Oil steadies near $56 amid trade talks, Middle East tensions

Middle East USA World

6:57 am CDT, Monday, July 29, 2019

Oil steadied near $56 a barrel in New York before the resumption of talks aimed to resolve a trade dispute between the U.S. and China, while political tensions in the Persian Gulf continue to simmer.

Futures were little changed in New York after rising 1% last week. Chinese and American negotiators meet in Shanghai this week amid tempered expectations for a breakthrough in their year-long trade war that has dented demand. The U.K. has sent one of its Type 45 warships to the region after Iran seized a British oil tanker as the U.S. seeks to build a coalition to protect vessels traversing the strait.

Oil is heading for its second monthly loss this year as a gloomy economic outlook eclipses concerns that crude flows may be disrupted from the Middle East. Hedge funds added to bets on a slump in New York futures at the fastest pace in almost a year after disappointing manufacturing data out of America and Germany last week bolstered fears of declining demand.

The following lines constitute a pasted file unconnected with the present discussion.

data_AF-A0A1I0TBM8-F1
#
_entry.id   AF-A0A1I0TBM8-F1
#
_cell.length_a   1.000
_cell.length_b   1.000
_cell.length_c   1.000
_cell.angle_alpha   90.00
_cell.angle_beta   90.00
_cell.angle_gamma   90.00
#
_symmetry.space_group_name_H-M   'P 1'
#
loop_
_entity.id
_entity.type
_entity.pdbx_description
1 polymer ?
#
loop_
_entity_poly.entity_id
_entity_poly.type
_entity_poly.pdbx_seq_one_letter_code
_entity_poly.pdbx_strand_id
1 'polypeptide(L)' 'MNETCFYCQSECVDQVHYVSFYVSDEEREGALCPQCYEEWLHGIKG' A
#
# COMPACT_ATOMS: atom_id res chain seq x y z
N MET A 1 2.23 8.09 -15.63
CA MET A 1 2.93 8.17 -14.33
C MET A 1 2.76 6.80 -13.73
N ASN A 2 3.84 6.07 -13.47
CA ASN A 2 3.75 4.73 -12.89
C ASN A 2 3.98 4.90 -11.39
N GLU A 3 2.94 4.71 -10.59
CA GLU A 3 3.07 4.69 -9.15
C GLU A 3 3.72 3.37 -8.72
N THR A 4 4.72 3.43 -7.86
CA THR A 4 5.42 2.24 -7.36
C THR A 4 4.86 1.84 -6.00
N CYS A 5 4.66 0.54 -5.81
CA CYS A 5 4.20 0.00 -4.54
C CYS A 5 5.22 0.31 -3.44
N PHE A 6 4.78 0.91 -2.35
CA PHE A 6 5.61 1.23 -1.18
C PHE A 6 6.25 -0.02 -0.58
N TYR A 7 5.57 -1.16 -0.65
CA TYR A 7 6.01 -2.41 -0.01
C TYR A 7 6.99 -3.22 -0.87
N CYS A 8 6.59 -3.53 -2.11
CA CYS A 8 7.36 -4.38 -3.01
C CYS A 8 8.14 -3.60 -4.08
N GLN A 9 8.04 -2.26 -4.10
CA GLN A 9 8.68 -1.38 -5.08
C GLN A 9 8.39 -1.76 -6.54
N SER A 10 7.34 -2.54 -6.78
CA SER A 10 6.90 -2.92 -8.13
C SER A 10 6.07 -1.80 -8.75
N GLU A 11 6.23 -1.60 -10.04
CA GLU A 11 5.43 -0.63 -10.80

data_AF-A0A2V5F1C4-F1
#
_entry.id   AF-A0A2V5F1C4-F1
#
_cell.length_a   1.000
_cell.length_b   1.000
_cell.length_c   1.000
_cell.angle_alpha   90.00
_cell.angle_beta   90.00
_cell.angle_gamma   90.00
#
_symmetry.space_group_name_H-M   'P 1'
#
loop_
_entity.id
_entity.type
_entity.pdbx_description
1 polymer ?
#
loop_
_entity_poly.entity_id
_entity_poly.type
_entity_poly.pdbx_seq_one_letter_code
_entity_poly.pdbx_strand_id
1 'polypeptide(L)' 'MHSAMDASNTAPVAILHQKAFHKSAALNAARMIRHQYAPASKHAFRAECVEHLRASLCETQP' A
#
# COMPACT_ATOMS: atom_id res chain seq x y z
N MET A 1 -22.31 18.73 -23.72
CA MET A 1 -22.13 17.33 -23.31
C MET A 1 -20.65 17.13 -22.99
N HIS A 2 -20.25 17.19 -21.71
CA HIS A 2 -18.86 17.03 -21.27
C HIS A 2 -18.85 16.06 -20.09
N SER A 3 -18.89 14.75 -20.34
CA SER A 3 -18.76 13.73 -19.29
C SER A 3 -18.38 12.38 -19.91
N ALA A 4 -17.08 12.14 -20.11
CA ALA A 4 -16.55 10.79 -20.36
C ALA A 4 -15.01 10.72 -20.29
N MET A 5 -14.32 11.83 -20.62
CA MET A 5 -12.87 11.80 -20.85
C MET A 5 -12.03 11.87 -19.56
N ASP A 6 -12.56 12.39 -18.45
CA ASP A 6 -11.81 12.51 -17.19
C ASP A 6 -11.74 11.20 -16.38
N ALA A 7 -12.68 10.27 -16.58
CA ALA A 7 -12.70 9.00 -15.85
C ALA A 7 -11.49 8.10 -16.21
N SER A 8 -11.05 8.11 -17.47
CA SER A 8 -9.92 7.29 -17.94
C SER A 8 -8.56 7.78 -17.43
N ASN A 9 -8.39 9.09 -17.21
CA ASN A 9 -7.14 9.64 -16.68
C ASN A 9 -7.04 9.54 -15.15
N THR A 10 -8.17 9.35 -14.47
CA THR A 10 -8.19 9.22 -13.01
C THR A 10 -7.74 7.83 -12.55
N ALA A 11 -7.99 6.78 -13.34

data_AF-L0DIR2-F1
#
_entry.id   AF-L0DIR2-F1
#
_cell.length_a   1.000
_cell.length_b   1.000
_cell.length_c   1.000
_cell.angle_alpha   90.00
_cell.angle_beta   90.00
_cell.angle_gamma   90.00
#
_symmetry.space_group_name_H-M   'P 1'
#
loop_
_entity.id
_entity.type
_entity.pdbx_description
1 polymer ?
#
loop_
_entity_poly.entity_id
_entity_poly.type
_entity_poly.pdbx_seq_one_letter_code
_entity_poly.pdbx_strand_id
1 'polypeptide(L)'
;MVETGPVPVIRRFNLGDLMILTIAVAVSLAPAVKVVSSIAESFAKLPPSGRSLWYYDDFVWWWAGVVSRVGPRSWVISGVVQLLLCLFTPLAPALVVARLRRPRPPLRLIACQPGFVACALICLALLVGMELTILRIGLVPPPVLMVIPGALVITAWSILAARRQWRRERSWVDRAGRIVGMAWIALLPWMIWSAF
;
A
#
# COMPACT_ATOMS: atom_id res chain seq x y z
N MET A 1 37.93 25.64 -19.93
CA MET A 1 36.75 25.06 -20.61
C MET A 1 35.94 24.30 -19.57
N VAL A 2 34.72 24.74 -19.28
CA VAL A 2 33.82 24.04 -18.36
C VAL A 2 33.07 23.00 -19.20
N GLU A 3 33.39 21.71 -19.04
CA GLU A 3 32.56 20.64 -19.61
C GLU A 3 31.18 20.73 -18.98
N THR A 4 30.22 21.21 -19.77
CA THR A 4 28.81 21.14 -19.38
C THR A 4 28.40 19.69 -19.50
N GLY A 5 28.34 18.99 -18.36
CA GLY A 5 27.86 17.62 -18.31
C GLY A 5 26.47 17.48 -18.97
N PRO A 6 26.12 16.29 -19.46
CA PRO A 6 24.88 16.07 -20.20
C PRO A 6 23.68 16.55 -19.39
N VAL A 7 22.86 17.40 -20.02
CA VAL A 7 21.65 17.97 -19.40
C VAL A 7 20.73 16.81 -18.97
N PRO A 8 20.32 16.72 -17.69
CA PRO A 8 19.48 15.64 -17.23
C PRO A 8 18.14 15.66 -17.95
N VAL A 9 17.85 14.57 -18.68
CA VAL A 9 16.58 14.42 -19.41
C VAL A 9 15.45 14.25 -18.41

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“The fragile economic growth caused by the confrontational and protectionist U.S. trade policy is having a profound impact on oil demand and oil-demand growth,” said Tamas Varga, an analyst at PVM Oil Associates Ltd. in London.

West Texas Intermediate for September gained 3 cents to $56.23 a barrel on the New York Mercantile Exchange as of 10:39 a.m. London time. The contract rose 18 cents on Friday, rising for the fifth time in six days.

Brent for September settlement fell 14 cents to $63.32 a barrel on the ICE Futures Europe Exchange. It capped a 1.6% weekly gain on Friday. The global benchmark crude traded at a $7.08 premium to WTI.

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The U.K. frigate, HMS Duncan, will operate alongside the Royal Navy’s HMS Montrose Type 23 to shepherd British-flagged ships through the strait, the Ministry of Defense said in a statement. The air defense destroyer will operate until late August, it said.

Two days of talks are scheduled to restart Tuesday after a truce reached by Presidents Donald Trump and Xi Jinping on the sidelines of the Group of 20 summit in Osaka, Japan, last month. Deep tensions remain, though, and recent days have brought mixed signals from both sides, with neither showing an urge to compromise.

–With assistance from James Thornhill.

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